Senior households have been rising slowly over the decades, but this is about to change in the coming years. Urban Institute’s recent analysis of housing trends determined that senior households are expected to grow dramatically by 2030.
Authors, Laurie Goodman, Housing Finance Policy Center director at the Urban Institute, Rolf Pendall, Metropolitan Housing and Communities Policy Center director at the institute, and Jun Zhu senior financial methodologist at the institute found that in 1990, there were 20 million households for seniors ages 65 and up. In 2010, this number had reached 25.8 million, and by 2030, the institute projects that aging baby boomer households will reach 46 million.
“This dramatic growth will occur among both senior homeowners and renters, the authors said. “Our research suggests that from 2010 to 2030, senior homeowners will increase from 20 million to almost 34 million, and senior renters—who include both homeowners who will shift to renting and baby boomers who already rent—will increase from 5.8 million to 12.2 million.”
The dramatic rise in senior citizens calls attention to needed policies that will allow them to stay in their homes as they age, the authors wrote.
Urban Institute called for three measures of innovation and action to address this issue:
- We must prepare to address a large increase in cost-burdened households. Seniors’ incomes drop after they retire, but their housing costs often don’t go down by much. This increased cost burden forces seniors to draw down on savings and forego other expenditures. Already in 2011, 2.6 million senior homeowners (13 percent) and 1.7 million senior renters (30 percent) paid more than half of their income for rent. If a proportionate number of senior households pay half their income on housing in 2030, these numbers will rise to 4.4 and 3.7 million.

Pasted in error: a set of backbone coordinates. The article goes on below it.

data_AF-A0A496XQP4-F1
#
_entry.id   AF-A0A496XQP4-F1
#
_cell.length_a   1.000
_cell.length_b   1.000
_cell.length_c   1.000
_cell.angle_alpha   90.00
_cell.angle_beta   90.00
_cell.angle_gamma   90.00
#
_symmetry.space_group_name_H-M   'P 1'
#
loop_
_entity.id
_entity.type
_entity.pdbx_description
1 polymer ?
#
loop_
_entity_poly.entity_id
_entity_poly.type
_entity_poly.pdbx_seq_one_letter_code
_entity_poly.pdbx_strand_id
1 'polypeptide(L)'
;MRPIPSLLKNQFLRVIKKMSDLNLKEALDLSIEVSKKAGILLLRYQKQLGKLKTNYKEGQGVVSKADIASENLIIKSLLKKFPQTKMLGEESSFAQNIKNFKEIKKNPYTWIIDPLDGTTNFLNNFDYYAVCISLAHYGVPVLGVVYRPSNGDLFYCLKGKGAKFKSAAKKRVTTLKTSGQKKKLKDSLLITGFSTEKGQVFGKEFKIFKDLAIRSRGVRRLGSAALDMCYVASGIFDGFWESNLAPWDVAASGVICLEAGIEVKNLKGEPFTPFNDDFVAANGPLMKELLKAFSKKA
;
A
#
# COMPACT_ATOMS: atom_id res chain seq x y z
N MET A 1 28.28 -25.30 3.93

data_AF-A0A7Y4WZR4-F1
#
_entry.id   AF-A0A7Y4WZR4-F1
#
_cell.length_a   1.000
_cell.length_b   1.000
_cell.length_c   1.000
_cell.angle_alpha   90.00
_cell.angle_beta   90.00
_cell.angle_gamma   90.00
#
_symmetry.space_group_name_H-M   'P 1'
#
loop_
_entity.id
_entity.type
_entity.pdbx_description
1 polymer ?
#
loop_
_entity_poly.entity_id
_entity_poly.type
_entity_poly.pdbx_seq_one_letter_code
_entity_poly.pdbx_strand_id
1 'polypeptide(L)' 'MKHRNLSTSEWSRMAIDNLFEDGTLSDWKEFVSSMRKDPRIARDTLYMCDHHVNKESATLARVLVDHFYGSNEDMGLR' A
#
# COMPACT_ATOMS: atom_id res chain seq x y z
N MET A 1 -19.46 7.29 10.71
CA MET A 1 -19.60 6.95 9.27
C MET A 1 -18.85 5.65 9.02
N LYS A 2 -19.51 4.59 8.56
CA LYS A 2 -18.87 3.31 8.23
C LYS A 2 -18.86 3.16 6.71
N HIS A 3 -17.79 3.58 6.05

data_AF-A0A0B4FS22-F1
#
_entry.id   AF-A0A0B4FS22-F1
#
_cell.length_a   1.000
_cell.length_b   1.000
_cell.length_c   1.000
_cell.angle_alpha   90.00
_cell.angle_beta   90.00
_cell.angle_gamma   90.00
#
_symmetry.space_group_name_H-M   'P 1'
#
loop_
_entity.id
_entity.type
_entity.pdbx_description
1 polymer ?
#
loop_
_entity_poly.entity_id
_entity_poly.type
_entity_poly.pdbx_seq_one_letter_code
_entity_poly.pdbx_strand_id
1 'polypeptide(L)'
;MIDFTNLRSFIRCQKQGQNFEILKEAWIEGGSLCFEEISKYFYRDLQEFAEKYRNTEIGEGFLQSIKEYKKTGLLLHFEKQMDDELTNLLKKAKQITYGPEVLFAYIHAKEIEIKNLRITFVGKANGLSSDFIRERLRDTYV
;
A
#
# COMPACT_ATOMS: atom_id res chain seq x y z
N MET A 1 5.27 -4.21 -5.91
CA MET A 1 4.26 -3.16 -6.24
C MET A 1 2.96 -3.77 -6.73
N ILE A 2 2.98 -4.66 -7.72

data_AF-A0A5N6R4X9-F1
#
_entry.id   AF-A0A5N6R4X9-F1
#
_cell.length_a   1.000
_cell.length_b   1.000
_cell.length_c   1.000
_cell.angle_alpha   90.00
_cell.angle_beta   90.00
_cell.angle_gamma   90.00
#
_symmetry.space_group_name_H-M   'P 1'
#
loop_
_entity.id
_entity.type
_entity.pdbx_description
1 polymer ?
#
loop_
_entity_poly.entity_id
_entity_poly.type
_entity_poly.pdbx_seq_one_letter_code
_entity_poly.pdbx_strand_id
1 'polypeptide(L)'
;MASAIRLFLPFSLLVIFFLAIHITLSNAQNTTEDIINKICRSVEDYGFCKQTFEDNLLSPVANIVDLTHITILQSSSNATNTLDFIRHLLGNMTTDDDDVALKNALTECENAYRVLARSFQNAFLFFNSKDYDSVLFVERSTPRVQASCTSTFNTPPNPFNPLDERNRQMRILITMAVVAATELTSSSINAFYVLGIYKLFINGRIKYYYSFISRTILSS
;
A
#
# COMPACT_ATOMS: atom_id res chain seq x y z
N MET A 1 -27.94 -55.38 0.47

- We need to encourage and support home modifications that make homes safer, healthier, and more efficient for seniors.Adaptations to reduce the numbers of debilitating trip-and-fall injuries, increase indoor air quality, and make homes more comfortable and energy efficient promise to improve seniors’ quality of life, maintain the value of their homes, and potentially save taxpayers’ contribution to Medicare and Medicaid. The investment in older homes also will increase their resale value in a rapidly aging society.
- We need to encourage and support changes in the community. Community support is necessary for seniors to have a high quality of life. In many communities, zoning laws should be changed to allow for house sharing and construction of accessory apartments. The drop in the proportion of senior homeowners will intensify the challenges of providing a safety net for an increasing share of the population. And senior homeowners need community supports to live a fulfilled life in their own homes without feeling lonely or trapped when family and friends are far way. Elderly adults that own their own home are much less likely to be cost burdened than those that don’t.
“In sum, the aging of the baby boomers means that senior housing issues are becoming much more pressing,” the authors said. “The sheer number of baby boomers will force policymakers and communities to confront these challenges. With the right incentives and models, this challenge may emerge as a transformative opportunity for cities and suburbs across the U.S. to reinvigorate both the bricks and mortar and the community ties in our neighborhoods.”
Click here to view Urban Institute's complete analysis.